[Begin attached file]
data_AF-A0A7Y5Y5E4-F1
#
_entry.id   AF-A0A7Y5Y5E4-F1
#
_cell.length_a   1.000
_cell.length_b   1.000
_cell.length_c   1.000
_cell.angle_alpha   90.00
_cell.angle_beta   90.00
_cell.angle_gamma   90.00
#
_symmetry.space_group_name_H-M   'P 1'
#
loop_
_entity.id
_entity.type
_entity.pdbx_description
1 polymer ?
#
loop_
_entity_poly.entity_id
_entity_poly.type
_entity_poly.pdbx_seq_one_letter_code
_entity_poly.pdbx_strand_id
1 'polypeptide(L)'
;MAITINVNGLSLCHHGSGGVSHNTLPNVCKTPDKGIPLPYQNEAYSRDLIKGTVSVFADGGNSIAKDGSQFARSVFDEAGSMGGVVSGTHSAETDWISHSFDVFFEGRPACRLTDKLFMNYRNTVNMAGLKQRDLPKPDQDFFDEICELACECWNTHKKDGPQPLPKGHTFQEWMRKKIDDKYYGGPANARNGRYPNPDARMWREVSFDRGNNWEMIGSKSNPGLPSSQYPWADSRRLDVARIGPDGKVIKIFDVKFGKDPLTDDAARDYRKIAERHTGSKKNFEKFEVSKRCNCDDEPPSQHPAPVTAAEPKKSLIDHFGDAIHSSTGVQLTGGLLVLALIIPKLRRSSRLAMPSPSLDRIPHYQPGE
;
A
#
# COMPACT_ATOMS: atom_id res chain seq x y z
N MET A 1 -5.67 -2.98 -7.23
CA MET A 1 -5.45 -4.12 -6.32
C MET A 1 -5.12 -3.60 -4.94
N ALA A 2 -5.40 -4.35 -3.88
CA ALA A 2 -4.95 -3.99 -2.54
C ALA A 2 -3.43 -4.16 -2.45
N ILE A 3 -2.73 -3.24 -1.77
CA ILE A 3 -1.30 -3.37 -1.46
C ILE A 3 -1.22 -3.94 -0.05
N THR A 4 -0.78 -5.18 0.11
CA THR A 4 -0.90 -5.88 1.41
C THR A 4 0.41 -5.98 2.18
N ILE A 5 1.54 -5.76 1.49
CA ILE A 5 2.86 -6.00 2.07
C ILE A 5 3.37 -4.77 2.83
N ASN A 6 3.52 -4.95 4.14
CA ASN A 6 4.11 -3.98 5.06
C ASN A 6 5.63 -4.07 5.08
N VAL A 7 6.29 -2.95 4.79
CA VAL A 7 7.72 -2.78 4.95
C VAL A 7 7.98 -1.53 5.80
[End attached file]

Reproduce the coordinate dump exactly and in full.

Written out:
data_AF-A0A7Y5Y5E4-F1
#
_entry.id   AF-A0A7Y5Y5E4-F1
#
_cell.length_a   1.000
_cell.length_b   1.000
_cell.length_c   1.000
_cell.angle_alpha   90.00
_cell.angle_beta   90.00
_cell.angle_gamma   90.00
#
_symmetry.space_group_name_H-M   'P 1'
#
loop_
_entity.id
_entity.type
_entity.pdbx_description
1 polymer ?
#
loop_
_entity_poly.entity_id
_entity_poly.type
_entity_poly.pdbx_seq_one_letter_code
_entity_poly.pdbx_strand_id
1 'polypeptide(L)'
;MAITINVNGLSLCHHGSGGVSHNTLPNVCKTPDKGIPLPYQNEAYSRDLIKGTVSVFADGGNSIAKDGSQFARSVFDEAGSMGGVVSGTHSAETDWISHSFDVFFEGRPACRLTDKLFMNYRNTVNMAGLKQRDLPKPDQDFFDEICELACECWNTHKKDGPQPLPKGHTFQEWMRKKIDDKYYGGPANARNGRYPNPDARMWREVSFDRGNNWEMIGSKSNPGLPSSQYPWADSRRLDVARIGPDGKVIKIFDVKFGKDPLTDDAARDYRKIAERHTGSKKNFEKFEVSKRCNCDDEPPSQHPAPVTAAEPKKSLIDHFGDAIHSSTGVQLTGGLLVLALIIPKLRRSSRLAMPSPSLDRIPHYQPGE
;
A
#
# COMPACT_ATOMS: atom_id res chain seq x y z
N MET A 1 -5.67 -2.98 -7.23
CA MET A 1 -5.45 -4.12 -6.32
C MET A 1 -5.12 -3.60 -4.94
N ALA A 2 -5.40 -4.35 -3.88
CA ALA A 2 -4.95 -3.99 -2.54
C ALA A 2 -3.43 -4.16 -2.45
N ILE A 3 -2.73 -3.24 -1.77
CA ILE A 3 -1.30 -3.37 -1.46
C ILE A 3 -1.22 -3.94 -0.05
N THR A 4 -0.78 -5.18 0.11
CA THR A 4 -0.90 -5.88 1.41
C THR A 4 0.41 -5.98 2.18
N ILE A 5 1.54 -5.76 1.49
CA ILE A 5 2.86 -6.00 2.07
C ILE A 5 3.37 -4.77 2.83
N ASN A 6 3.52 -4.95 4.14
CA ASN A 6 4.11 -3.98 5.06
C ASN A 6 5.63 -4.07 5.08
N VAL A 7 6.29 -2.95 4.79
CA VAL A 7 7.72 -2.78 4.95
C VAL A 7 7.98 -1.53 5.80